There was a time in America when people voted quietly and kept their political persuasions to themselves. They lived by the adage to "never argue politics or religion," and I don't remember any of those arguments during my childhood.

I was 8 that evening after the November 1952 presidential election when two uncles stopped to visit Dad. They had beers and a shot or two of whiskey (the bars were closed on election Tuesday back then). They talked trucks, logging pulpwood, and the weather — but not a word about politics or who they voted for.

Well, shucks, I knew who they voted for, the Democratic candidates, of course. Franklin Delano Roosevelt was their idol from his leadership during the depression and World War II. The Democratic candidate, Adlai Stevenson, was a trusted career politician, and the GOP candidate, Gen. Ike Eisenhower, was a war hero and widely respected. Toward the last few weeks of campaigning, "I like Ike" signs were popping up all over, and everyone knew it would be a tight race.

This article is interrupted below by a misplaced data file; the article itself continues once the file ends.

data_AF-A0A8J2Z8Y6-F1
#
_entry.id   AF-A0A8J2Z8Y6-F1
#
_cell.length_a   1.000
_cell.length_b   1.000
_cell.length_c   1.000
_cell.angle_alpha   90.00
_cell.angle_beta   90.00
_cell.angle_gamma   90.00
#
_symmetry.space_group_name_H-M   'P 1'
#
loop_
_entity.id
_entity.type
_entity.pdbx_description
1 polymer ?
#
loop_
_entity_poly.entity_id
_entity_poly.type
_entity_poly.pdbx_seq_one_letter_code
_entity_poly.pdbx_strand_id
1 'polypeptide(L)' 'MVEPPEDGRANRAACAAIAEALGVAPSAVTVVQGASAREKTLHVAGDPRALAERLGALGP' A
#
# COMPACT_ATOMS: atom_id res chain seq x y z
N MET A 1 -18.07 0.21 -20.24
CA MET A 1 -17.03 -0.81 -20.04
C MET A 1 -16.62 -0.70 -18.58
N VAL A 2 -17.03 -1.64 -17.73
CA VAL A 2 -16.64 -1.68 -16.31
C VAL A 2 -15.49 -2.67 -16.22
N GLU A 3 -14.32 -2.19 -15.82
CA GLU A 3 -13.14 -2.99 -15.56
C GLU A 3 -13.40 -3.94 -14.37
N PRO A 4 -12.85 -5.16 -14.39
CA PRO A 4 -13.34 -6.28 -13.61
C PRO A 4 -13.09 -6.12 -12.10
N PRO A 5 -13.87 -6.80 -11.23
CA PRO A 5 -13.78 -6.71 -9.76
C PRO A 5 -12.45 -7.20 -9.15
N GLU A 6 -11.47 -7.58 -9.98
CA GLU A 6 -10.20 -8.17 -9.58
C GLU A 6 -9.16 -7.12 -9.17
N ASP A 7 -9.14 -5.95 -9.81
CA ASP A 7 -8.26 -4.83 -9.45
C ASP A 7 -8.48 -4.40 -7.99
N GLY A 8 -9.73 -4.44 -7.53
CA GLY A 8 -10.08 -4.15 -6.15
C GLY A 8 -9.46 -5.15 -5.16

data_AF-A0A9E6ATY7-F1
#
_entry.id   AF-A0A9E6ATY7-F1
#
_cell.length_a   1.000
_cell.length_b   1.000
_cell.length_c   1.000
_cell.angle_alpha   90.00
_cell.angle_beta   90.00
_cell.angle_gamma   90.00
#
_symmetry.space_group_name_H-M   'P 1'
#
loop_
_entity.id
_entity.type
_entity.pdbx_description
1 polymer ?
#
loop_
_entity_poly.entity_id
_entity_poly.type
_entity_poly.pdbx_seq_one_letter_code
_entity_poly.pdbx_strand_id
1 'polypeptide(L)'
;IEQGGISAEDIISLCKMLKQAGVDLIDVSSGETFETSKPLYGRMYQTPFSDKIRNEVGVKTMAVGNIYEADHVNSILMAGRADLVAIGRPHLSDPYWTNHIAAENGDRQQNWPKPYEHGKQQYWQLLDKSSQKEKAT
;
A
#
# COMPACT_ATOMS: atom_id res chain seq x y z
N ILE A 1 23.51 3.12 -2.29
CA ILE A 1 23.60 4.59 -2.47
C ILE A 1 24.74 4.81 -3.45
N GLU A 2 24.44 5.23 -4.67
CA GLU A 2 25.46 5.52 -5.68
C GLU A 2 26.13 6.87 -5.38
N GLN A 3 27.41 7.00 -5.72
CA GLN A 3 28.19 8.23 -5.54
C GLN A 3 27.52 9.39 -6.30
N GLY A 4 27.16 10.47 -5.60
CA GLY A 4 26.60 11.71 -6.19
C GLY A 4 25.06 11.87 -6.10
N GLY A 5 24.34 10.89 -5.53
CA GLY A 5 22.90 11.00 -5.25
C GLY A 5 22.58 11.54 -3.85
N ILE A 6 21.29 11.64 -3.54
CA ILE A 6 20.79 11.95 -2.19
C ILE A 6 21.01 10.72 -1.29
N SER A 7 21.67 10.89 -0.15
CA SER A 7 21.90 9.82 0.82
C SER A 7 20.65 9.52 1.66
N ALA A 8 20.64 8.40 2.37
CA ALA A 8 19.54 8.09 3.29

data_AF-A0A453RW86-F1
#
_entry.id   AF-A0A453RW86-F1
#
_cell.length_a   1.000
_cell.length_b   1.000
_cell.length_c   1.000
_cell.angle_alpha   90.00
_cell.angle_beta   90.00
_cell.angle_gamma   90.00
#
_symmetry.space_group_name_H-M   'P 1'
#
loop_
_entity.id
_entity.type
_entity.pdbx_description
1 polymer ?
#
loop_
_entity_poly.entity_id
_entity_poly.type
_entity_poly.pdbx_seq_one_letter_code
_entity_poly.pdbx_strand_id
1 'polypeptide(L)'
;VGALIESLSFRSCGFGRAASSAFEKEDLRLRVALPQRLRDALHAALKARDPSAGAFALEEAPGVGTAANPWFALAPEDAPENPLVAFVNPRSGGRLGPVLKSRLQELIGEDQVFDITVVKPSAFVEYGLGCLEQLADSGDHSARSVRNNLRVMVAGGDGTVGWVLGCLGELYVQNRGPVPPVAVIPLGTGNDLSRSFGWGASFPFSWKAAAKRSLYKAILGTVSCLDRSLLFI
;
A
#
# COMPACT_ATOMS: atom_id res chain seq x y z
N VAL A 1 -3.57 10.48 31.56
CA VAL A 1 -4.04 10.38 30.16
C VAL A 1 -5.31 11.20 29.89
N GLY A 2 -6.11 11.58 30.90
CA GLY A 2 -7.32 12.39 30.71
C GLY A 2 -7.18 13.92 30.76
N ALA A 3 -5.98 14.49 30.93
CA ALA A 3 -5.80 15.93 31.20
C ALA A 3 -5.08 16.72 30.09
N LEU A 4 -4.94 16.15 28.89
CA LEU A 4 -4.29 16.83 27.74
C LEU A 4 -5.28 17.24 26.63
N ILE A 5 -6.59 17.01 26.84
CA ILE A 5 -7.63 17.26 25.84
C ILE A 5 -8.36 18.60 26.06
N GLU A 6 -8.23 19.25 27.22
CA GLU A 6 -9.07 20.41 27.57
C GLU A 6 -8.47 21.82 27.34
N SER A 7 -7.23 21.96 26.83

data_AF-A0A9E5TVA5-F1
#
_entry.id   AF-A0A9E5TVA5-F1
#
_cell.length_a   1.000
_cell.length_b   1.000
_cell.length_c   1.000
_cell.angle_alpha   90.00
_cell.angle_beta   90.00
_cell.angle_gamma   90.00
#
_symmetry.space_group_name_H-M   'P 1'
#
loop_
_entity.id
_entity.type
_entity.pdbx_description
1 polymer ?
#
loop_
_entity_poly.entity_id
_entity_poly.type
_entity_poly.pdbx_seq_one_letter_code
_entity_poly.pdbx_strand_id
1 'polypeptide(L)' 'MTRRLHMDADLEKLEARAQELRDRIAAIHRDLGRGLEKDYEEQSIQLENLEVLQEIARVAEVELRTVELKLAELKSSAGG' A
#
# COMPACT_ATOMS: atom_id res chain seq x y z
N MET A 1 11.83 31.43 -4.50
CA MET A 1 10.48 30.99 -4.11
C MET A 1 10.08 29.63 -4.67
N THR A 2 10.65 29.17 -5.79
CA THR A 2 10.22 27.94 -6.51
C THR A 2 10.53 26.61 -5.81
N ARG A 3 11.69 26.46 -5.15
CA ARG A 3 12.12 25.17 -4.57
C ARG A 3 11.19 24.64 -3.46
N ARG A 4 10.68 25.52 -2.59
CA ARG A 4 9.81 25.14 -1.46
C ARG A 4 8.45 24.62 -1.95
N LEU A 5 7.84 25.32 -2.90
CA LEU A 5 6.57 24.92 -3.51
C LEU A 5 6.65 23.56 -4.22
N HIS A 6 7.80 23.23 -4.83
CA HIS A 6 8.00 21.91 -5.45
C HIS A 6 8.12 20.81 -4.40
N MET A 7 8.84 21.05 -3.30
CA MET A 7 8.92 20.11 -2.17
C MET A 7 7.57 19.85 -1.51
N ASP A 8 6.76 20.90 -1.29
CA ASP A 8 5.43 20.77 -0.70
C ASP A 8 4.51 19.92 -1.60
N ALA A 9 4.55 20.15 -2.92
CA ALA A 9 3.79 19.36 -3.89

The radio announced the next morning that Eisenhower won. For the first time in 20 years America would have a Republican in charge of the White House. The voters had opted for a warrior rather than a politico; they were, perhaps, tired of the bloody Korean conflict and felt we needed change. Dad never said a word, but I knew he was disappointed.

America is still a free democracy but, "Oh, all the mud and blood on the boots of our soldiers," as they paid dearly for our privileges.

We are still at war. America has many enemies, both global and within. Politics has become hyper-partisan, and civility no longer exists. How I long for those days when people were nicer to each other.

Dennis Cooke

Proctor